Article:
Home » Biblical Studies » Bible Backgrounds » Historical History &the Little Scholar Who Could

Historical History &the Little Scholar Who Could

historical history sxc hu smallOne of the benefits of a being raised in a blue collar environment and receiving academic training is that I tend to experience the full force of learning. This means that no matter how much I succeeded in my education, writing and research, I labored hard for it… I labored in such a way that every lesson was a strain and every pain soaked gain was marked indelibly into my mind.

This helps me as a teacher. I tripped over almost everything that my students will trip over. My own journey from plumber to biblical theologian was a wrestling match to learn the language and processes of academia. The path from devout church goer to scholar was paved with blood, sweat, tears and not a little anxiety over the cherished fallacies that died and fell away of their own accord. I have never forgotten how cumbersome many things were to my “Hand me a Philip’s Head screwdriver” nature.

One of these lessons was learning the difference between history and history.

A common use of the term history is in reference to “What happened in the past.” According to some dictionaries, (but not by my way of thinking) this is an incorrect definition. “Properly defined,” History speaks only of the description of the events, intentions and cause-effects of the past.

If one is prescriptive, (Telling what’s right & wrong) then he or she wants to tell people what a word means and doesn’t mean.

At some point, however, a person has to reckon with two facts:

First, when enough people use a word a certain way, that use, no matter how erroneously it was absorbed into the community, becomes part of a word’s meaning. Thus, to be descriptive, (Describing the way things are and NOT how they should be) means that a person deals with the fact that people use and, thus, understand words (rightly or wrongly) to mean certain things.

FACT: People commonly use the word history to speak of what happened in the past. Deal with it.

Second, a person uses words to communicate, and the only way one communicates well is by understanding how people actually understand words. If people use the word “history” to speak of what actually happened in the past, (rightly or wrongly) then one can assume that using it another way can end in confusion. Thus, a good teacher anticipates the confusion that often results when he or she uses the word “history” to speak only of the description of events, intentions and cause-effects of the past and NOT of the events themselves.

FACT: It is common for people to confuse the telling of a story about the past with the events themselves.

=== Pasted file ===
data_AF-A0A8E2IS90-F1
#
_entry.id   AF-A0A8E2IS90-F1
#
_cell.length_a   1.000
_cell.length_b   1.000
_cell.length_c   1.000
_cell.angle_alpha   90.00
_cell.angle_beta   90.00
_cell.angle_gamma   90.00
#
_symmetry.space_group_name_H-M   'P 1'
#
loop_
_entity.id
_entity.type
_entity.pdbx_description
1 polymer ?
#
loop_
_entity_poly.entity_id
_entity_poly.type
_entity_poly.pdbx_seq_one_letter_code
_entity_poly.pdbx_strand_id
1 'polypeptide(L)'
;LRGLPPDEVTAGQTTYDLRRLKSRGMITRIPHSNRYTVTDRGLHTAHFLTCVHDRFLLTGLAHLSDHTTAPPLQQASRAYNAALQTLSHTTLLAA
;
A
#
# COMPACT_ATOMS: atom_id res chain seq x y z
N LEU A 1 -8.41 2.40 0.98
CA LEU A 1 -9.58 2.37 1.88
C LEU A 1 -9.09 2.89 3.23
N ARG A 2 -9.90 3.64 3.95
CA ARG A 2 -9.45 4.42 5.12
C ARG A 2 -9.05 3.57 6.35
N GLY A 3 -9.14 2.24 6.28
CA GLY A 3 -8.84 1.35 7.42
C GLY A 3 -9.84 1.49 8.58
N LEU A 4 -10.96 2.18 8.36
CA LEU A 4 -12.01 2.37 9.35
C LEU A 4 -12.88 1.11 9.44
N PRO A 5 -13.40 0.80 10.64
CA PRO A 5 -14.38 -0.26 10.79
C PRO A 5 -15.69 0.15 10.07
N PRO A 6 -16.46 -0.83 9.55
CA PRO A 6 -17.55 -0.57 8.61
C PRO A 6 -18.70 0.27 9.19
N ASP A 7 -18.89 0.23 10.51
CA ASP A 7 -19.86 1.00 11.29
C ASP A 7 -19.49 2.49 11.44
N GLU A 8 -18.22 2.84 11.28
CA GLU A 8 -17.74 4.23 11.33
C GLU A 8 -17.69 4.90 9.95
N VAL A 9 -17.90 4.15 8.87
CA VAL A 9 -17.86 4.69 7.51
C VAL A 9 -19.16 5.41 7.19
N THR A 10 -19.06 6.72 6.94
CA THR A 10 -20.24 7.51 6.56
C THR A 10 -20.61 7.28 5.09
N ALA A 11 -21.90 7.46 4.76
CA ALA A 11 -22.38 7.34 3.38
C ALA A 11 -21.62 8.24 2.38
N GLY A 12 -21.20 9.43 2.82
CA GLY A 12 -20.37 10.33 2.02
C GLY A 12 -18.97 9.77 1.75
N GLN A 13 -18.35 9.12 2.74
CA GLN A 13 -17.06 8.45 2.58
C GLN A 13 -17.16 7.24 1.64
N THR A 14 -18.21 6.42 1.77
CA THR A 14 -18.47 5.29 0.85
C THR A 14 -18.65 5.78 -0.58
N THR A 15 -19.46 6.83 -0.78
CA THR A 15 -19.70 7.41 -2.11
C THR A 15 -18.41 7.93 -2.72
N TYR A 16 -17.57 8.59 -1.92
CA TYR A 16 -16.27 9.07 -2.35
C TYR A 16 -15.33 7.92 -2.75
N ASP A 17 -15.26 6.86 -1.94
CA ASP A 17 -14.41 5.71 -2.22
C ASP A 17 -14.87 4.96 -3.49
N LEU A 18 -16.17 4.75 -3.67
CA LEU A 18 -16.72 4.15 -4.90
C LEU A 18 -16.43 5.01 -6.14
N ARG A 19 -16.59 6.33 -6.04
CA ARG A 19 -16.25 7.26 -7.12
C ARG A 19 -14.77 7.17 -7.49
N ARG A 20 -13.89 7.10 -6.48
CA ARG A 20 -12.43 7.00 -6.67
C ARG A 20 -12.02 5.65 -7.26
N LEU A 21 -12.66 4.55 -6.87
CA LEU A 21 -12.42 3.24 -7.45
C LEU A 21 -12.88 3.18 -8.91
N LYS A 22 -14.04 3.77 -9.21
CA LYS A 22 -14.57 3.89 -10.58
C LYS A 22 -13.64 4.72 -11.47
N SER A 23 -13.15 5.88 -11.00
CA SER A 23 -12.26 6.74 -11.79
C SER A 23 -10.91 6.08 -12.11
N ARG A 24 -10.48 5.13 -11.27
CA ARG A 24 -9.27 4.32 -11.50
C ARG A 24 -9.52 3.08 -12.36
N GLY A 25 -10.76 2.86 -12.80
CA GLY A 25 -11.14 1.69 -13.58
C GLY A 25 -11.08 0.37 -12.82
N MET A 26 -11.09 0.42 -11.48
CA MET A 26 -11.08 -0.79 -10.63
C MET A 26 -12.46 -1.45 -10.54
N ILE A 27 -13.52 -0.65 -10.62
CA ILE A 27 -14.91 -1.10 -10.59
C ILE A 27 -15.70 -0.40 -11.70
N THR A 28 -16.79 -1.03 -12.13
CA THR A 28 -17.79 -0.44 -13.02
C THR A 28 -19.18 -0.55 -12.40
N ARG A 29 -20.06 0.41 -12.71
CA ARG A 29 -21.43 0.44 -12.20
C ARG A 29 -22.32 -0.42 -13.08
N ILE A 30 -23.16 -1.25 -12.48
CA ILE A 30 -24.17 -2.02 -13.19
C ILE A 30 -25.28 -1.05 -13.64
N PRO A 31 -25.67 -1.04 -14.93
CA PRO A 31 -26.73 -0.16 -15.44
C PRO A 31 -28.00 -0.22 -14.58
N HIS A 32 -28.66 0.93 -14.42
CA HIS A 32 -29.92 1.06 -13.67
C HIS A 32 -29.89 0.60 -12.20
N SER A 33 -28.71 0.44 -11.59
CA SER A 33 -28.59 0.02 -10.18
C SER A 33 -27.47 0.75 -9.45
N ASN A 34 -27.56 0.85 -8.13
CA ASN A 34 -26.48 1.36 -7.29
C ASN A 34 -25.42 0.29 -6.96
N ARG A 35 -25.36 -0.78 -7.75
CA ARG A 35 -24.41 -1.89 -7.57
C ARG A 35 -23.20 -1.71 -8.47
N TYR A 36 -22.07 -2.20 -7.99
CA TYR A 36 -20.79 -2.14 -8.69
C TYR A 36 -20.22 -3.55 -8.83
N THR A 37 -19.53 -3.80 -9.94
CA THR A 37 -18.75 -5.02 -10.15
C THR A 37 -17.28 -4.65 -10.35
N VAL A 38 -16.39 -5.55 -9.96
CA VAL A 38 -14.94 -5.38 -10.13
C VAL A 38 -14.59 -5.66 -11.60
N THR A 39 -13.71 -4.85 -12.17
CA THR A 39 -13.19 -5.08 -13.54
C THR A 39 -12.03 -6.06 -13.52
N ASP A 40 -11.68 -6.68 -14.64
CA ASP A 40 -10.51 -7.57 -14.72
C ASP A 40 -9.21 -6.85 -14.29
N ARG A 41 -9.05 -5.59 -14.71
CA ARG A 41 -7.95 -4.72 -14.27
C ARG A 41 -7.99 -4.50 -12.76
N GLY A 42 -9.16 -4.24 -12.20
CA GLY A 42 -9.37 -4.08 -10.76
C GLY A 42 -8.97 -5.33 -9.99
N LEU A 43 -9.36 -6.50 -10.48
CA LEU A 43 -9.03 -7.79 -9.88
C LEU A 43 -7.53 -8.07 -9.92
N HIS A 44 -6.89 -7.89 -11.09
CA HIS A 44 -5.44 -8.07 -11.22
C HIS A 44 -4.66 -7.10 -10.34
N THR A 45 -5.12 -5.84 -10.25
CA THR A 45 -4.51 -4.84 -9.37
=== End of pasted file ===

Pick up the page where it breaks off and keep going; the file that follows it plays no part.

The relationship between an event and the description of an event is tenuous at best.

The truth is that the real events of the past are largely lost. Every moment in time is conditioned by a myriad of causes and effects; they are intimately connected with all the events and personal and interpersonal elements that go into the choices leading up to and from them. The only thing that remains of past events are the records of events. And, no matter how articulate the record, (and I include actual filming in this description) the record is partial and liable to biased interpretation and presentation. Every telling has a perspective, even a camera and audio recording, and perspectives only ever capture part of what goes into creating an event.

This is why the word “history” is rarely applied to actual events in technical definition by academia types.

This truth is particularly relevant for reading the stories of the Bible.  If we don’t know the difference between the biblical stories as presentations of events… however inspired we may regard those presentations… and between the events themselves, we will make a lot of false assumptions about the events standing behind Scripture.

FACT: Every biblical story is an interpretation of an event. Scripture does not give us events, it gives us interpretations of events. However powerful, however meaningful those original events were for the people who experienced them, all that remains to us is someone’s record, someone’s presentation, someone’s interpretation of the meaning and significance of them.

This does not mean that doing a great deal of study about the events that are presented in sacred Scripture is a waste of time… far from it. Learning as much as we can about the actual events from other non-biblical records of them can be a big help in better understanding the biblical author’s inspired interpretation of them, but let us never forget that the inspiration we seek is not in the original events… not for us.

Scripture is not a window to an event whose recreation provides an inspired message from God. No! Scriptural record, scriptural interpretation is that inspired message itself. Background data, which I regard as vital to interpretation, serves only to make that message more clearly understood in an ever-changing world.

If you wish to engage biblical stories to the most profit, set yourself to discover the author’s intentions in the telling of the story.

Leave a Reply

Your email address will not be published.

%d bloggers like this: